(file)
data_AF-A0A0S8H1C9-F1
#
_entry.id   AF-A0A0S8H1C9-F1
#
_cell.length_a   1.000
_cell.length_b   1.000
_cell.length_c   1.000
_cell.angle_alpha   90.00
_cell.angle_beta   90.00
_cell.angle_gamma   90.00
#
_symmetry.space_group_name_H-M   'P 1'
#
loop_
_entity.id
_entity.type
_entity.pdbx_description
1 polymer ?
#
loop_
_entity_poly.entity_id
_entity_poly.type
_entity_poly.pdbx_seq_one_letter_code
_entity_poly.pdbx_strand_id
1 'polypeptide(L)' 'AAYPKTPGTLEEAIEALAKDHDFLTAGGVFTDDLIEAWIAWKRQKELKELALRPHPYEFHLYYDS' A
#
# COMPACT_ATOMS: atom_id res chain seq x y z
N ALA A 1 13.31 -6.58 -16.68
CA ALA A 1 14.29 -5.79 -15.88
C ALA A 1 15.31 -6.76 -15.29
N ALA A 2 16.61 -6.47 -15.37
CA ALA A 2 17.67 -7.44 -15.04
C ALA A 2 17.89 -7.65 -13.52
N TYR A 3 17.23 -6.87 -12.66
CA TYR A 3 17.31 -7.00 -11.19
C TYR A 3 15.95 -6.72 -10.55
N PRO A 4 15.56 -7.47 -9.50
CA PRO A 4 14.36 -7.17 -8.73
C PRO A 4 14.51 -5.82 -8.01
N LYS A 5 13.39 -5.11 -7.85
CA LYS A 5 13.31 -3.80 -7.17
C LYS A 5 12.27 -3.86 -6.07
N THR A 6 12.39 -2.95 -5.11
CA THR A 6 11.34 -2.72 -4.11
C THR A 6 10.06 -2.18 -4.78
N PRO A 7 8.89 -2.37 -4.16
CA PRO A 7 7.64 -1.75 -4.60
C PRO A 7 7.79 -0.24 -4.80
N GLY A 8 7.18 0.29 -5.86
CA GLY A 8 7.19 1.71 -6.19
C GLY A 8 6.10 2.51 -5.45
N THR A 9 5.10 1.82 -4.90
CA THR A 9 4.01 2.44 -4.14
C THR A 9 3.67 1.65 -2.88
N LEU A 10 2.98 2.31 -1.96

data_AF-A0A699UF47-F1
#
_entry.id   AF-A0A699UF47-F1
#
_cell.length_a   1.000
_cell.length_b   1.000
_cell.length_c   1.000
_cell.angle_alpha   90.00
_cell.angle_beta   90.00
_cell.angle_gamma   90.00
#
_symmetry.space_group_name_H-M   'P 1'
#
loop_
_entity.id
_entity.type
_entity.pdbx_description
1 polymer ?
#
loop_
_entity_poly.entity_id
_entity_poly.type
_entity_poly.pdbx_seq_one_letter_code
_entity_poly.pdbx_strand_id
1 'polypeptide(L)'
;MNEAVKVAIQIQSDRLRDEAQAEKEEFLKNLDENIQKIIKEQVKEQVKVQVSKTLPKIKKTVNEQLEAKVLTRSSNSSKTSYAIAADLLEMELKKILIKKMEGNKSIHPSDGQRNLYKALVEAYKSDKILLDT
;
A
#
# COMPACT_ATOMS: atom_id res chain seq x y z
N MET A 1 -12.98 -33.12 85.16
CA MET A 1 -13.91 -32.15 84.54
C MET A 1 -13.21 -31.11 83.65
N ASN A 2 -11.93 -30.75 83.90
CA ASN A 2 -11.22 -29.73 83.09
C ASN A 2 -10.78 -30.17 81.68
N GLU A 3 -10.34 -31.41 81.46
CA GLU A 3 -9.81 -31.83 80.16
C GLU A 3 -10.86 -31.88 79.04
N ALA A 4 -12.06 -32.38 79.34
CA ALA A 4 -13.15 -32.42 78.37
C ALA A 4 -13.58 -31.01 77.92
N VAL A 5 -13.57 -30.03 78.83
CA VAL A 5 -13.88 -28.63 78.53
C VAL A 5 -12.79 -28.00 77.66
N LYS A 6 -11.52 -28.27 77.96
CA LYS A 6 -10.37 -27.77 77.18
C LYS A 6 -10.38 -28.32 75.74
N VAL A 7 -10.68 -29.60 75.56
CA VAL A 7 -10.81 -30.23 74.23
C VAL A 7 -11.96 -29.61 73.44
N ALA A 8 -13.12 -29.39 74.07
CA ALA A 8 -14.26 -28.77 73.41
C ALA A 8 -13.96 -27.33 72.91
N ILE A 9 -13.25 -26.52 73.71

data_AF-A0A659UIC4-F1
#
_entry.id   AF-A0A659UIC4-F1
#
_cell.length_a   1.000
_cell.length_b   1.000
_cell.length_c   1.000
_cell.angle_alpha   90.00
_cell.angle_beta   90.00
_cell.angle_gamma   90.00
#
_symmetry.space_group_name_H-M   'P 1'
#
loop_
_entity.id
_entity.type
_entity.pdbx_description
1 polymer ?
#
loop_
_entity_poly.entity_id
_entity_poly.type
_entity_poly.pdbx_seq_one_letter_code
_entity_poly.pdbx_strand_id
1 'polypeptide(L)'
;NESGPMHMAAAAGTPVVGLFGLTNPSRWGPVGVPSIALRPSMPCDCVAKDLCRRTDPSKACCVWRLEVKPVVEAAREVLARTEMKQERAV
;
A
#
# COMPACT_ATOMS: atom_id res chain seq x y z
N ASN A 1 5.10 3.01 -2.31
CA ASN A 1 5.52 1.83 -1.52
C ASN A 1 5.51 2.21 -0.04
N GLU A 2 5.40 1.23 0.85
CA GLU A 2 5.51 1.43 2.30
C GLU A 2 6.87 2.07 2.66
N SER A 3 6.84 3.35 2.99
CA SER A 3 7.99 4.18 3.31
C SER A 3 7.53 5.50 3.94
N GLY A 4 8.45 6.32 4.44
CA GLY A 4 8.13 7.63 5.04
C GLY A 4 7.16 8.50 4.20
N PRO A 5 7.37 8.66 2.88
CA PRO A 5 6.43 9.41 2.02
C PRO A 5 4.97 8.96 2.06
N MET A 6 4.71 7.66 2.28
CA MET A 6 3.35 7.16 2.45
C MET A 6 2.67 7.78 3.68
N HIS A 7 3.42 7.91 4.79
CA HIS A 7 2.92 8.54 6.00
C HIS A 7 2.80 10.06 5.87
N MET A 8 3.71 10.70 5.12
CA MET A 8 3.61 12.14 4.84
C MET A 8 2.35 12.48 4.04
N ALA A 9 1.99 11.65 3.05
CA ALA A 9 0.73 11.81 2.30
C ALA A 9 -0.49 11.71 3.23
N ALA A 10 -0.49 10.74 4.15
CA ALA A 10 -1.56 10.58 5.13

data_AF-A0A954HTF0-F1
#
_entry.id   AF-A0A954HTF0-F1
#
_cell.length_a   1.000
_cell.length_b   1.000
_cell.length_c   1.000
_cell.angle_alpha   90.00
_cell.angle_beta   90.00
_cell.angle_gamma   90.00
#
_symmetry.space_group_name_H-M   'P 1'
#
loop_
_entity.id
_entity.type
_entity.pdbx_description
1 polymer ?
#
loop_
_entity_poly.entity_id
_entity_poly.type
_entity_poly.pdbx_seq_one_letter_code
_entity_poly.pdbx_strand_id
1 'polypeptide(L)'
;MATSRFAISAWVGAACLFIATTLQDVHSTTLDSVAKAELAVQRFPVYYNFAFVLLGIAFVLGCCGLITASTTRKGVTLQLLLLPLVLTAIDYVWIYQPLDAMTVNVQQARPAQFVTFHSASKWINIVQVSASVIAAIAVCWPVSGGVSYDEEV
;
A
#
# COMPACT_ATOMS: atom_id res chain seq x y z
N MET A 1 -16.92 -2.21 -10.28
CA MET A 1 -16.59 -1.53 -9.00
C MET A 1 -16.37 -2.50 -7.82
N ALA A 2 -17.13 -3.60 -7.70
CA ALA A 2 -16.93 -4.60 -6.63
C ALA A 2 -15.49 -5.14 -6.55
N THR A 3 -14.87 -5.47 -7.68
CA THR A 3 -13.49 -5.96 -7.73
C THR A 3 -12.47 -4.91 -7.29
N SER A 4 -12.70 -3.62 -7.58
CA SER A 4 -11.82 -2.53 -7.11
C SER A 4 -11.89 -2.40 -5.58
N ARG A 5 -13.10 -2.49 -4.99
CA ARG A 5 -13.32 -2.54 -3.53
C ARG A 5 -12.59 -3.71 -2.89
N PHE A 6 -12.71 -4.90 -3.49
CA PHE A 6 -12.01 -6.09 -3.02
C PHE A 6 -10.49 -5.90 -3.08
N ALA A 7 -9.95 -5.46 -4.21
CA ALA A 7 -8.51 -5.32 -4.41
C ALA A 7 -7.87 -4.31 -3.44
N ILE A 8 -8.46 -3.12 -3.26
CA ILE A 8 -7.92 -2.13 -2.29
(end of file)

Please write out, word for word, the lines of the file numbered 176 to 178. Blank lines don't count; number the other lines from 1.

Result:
_cell.length_c   1.000
_cell.angle_alpha   90.00
_cell.angle_beta   90.00